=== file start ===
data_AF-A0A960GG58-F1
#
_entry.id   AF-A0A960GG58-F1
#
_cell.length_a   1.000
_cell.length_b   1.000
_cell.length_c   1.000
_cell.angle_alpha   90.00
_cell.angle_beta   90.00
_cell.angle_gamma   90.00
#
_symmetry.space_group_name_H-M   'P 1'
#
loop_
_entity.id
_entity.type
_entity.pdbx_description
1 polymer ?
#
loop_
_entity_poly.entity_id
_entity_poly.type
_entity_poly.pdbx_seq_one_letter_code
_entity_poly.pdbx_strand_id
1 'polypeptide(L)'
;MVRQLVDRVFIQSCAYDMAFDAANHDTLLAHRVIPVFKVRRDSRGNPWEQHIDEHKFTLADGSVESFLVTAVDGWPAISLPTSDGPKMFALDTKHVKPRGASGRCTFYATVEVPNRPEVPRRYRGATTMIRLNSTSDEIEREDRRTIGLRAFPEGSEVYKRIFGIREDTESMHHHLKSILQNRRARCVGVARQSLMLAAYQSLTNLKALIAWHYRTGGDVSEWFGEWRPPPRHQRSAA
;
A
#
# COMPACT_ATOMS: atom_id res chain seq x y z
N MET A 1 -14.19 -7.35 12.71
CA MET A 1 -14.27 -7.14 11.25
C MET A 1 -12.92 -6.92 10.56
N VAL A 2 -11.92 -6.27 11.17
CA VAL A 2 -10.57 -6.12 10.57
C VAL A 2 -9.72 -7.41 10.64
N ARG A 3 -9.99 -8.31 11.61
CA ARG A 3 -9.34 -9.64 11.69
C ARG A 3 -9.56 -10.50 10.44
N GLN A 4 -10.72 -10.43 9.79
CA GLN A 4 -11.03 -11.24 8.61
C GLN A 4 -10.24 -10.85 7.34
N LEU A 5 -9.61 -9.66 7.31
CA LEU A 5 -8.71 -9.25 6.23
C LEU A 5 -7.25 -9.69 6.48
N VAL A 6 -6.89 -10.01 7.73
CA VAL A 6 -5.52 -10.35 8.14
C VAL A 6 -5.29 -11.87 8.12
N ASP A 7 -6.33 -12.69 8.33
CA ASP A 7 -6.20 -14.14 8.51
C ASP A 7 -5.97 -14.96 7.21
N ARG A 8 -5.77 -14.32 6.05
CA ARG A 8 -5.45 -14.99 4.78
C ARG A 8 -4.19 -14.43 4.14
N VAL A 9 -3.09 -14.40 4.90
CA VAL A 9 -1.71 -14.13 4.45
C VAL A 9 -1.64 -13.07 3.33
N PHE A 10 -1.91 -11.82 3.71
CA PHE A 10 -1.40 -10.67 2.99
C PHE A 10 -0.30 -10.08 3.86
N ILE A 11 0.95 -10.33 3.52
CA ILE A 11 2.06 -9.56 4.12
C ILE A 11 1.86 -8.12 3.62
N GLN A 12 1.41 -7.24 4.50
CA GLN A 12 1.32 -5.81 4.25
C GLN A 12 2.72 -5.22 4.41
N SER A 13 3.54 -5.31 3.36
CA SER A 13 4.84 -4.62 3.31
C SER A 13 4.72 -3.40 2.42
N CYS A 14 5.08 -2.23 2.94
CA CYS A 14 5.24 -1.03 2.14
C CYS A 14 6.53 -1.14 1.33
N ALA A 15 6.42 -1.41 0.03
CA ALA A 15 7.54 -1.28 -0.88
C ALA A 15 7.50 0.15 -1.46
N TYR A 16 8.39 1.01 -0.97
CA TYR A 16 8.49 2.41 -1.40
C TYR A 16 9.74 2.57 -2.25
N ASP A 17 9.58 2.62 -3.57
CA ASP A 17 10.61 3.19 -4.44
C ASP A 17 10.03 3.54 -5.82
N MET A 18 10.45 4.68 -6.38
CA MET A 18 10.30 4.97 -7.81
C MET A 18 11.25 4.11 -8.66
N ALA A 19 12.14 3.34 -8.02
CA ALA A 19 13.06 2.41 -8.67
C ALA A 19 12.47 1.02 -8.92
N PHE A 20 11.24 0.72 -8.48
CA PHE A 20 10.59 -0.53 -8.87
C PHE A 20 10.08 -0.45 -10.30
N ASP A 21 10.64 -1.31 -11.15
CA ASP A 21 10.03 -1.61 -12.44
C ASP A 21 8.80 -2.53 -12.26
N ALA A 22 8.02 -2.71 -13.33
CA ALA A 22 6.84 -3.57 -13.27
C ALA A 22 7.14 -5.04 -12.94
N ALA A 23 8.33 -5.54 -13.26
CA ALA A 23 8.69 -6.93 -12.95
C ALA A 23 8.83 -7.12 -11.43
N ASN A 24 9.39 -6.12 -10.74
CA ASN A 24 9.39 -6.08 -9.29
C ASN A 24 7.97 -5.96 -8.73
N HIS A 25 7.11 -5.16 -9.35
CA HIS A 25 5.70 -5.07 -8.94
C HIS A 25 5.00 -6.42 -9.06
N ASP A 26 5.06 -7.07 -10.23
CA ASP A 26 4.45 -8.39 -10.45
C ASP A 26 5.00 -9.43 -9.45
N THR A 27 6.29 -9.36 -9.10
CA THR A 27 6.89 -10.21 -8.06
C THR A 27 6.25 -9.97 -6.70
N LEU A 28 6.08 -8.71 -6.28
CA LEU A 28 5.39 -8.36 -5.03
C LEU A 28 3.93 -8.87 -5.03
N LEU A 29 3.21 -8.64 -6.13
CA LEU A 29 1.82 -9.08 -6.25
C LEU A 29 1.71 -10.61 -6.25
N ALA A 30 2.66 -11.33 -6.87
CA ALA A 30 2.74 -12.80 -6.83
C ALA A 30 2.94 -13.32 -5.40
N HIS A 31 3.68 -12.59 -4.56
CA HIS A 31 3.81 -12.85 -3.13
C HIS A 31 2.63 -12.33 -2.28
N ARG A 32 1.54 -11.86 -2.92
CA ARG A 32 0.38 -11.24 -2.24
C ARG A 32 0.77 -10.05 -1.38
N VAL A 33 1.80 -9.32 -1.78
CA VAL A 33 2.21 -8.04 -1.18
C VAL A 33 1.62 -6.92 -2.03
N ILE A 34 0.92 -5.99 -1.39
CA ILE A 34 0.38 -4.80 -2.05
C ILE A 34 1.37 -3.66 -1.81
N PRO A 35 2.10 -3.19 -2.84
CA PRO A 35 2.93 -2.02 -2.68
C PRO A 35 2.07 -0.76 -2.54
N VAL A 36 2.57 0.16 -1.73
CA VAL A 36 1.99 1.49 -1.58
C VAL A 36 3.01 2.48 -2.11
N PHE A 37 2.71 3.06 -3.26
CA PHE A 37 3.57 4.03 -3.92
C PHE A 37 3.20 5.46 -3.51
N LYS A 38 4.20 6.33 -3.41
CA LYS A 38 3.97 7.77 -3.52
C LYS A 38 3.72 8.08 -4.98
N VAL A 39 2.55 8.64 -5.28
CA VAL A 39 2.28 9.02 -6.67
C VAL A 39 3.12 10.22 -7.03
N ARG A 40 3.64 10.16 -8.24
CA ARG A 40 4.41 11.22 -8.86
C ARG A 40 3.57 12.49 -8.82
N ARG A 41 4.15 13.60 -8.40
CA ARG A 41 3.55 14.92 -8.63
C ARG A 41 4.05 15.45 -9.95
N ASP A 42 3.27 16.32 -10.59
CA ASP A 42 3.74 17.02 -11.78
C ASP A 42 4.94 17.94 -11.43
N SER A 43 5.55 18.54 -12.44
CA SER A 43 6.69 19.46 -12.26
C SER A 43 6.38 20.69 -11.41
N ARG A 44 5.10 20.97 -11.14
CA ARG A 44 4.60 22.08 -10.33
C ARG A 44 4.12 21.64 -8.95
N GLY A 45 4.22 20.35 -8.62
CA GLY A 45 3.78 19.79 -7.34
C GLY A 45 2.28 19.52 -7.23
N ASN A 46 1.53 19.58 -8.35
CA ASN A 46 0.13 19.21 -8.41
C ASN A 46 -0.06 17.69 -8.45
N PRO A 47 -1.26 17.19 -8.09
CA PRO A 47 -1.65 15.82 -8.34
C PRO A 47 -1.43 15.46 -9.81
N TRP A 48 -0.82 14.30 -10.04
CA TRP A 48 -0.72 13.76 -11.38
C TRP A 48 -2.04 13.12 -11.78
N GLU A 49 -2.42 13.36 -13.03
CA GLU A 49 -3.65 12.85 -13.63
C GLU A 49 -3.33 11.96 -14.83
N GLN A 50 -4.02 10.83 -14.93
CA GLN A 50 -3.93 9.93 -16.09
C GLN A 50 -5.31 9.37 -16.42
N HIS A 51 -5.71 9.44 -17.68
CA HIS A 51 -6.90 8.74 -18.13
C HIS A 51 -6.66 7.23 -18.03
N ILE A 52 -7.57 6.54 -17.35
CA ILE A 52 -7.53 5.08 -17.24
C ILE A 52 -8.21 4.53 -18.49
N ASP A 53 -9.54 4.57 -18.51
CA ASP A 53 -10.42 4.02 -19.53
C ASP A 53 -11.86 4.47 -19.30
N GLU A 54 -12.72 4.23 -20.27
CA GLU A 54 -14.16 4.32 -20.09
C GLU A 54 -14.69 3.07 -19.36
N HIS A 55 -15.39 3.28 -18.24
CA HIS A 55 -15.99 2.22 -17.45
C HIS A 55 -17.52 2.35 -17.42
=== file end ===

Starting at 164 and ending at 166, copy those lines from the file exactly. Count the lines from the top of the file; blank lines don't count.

CA GLY A 45 3.78 19.79 -7.34
C GLY A 45 2.28 19.52 -7.23
N ASN A 46 1.53 19.58 -8.35